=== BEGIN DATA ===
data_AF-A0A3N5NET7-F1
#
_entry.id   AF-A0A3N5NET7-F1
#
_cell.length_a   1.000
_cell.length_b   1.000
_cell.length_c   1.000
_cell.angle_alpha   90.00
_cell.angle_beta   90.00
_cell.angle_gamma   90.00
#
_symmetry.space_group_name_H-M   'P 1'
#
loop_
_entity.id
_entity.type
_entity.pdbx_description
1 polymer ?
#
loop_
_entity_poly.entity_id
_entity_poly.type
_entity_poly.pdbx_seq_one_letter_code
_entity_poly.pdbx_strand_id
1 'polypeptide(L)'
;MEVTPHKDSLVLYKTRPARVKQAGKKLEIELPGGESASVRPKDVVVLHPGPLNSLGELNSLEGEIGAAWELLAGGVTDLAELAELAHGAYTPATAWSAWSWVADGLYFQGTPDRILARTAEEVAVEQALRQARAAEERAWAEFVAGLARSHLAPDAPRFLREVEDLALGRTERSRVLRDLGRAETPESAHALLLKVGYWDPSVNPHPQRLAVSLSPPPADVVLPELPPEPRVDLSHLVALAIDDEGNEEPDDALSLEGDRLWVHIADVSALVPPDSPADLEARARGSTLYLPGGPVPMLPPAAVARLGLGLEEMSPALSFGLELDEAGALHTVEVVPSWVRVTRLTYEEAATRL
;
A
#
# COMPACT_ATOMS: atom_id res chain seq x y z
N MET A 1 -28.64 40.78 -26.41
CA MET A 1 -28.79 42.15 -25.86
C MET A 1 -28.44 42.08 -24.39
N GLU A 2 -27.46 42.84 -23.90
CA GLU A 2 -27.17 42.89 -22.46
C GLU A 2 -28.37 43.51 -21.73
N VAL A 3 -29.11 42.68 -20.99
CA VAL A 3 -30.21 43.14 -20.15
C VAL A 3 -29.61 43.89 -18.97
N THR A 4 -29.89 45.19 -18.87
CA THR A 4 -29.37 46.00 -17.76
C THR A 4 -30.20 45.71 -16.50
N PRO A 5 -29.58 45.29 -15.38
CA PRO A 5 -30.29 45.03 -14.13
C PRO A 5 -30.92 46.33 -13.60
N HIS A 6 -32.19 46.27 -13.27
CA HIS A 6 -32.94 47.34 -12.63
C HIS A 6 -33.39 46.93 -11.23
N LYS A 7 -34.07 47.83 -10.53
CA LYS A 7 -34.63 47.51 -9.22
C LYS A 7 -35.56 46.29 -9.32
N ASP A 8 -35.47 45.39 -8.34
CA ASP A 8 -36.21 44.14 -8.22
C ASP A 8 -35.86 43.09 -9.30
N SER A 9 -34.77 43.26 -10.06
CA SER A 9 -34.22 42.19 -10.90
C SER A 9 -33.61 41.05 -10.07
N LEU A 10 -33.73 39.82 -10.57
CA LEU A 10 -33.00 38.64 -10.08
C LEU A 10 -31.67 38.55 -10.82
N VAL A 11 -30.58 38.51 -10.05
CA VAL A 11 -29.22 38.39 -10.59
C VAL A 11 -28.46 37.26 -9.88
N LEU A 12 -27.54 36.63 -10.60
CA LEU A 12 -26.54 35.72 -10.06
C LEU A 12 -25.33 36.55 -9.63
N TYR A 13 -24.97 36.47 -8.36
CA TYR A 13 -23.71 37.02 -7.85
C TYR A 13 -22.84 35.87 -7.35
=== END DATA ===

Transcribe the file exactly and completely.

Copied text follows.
data_AF-A0A3N5NET7-F1
#
_entry.id   AF-A0A3N5NET7-F1
#
_cell.length_a   1.000
_cell.length_b   1.000
_cell.length_c   1.000
_cell.angle_alpha   90.00
_cell.angle_beta   90.00
_cell.angle_gamma   90.00
#
_symmetry.space_group_name_H-M   'P 1'
#
loop_
_entity.id
_entity.type
_entity.pdbx_description
1 polymer ?
#
loop_
_entity_poly.entity_id
_entity_poly.type
_entity_poly.pdbx_seq_one_letter_code
_entity_poly.pdbx_strand_id
1 'polypeptide(L)'
;MEVTPHKDSLVLYKTRPARVKQAGKKLEIELPGGESASVRPKDVVVLHPGPLNSLGELNSLEGEIGAAWELLAGGVTDLAELAELAHGAYTPATAWSAWSWVADGLYFQGTPDRILARTAEEVAVEQALRQARAAEERAWAEFVAGLARSHLAPDAPRFLREVEDLALGRTERSRVLRDLGRAETPESAHALLLKVGYWDPSVNPHPQRLAVSLSPPPADVVLPELPPEPRVDLSHLVALAIDDEGNEEPDDALSLEGDRLWVHIADVSALVPPDSPADLEARARGSTLYLPGGPVPMLPPAAVARLGLGLEEMSPALSFGLELDEAGALHTVEVVPSWVRVTRLTYEEAATRL
;
A
#
# COMPACT_ATOMS: atom_id res chain seq x y z
N MET A 1 -28.64 40.78 -26.41
CA MET A 1 -28.79 42.15 -25.86
C MET A 1 -28.44 42.08 -24.39
N GLU A 2 -27.46 42.84 -23.90
CA GLU A 2 -27.17 42.89 -22.46
C GLU A 2 -28.37 43.51 -21.73
N VAL A 3 -29.11 42.68 -20.99
CA VAL A 3 -30.21 43.14 -20.15
C VAL A 3 -29.61 43.89 -18.97
N THR A 4 -29.89 45.19 -18.87
CA THR A 4 -29.37 46.00 -17.76
C THR A 4 -30.20 45.71 -16.50
N PRO A 5 -29.58 45.29 -15.38
CA PRO A 5 -30.29 45.03 -14.13
C PRO A 5 -30.92 46.33 -13.60
N HIS A 6 -32.19 46.27 -13.27
CA HIS A 6 -32.94 47.34 -12.63
C HIS A 6 -33.39 46.93 -11.23
N LYS A 7 -34.07 47.83 -10.53
CA LYS A 7 -34.63 47.51 -9.22
C LYS A 7 -35.56 46.29 -9.32
N ASP A 8 -35.47 45.39 -8.34
CA ASP A 8 -36.21 44.14 -8.22
C ASP A 8 -35.86 43.09 -9.30
N SER A 9 -34.77 43.26 -10.06
CA SER A 9 -34.22 42.19 -10.90
C SER A 9 -33.61 41.05 -10.07
N LEU A 10 -33.73 39.82 -10.57
CA LEU A 10 -33.00 38.64 -10.08
C LEU A 10 -31.67 38.55 -10.82
N VAL A 11 -30.58 38.51 -10.05
CA VAL A 11 -29.22 38.39 -10.59
C VAL A 11 -28.46 37.26 -9.88
N LEU A 12 -27.54 36.63 -10.60
CA LEU A 12 -26.54 35.72 -10.06
C LEU A 12 -25.33 36.55 -9.63
N TYR A 13 -24.97 36.47 -8.36
CA TYR A 13 -23.71 37.02 -7.85
C TYR A 13 -22.84 35.87 -7.35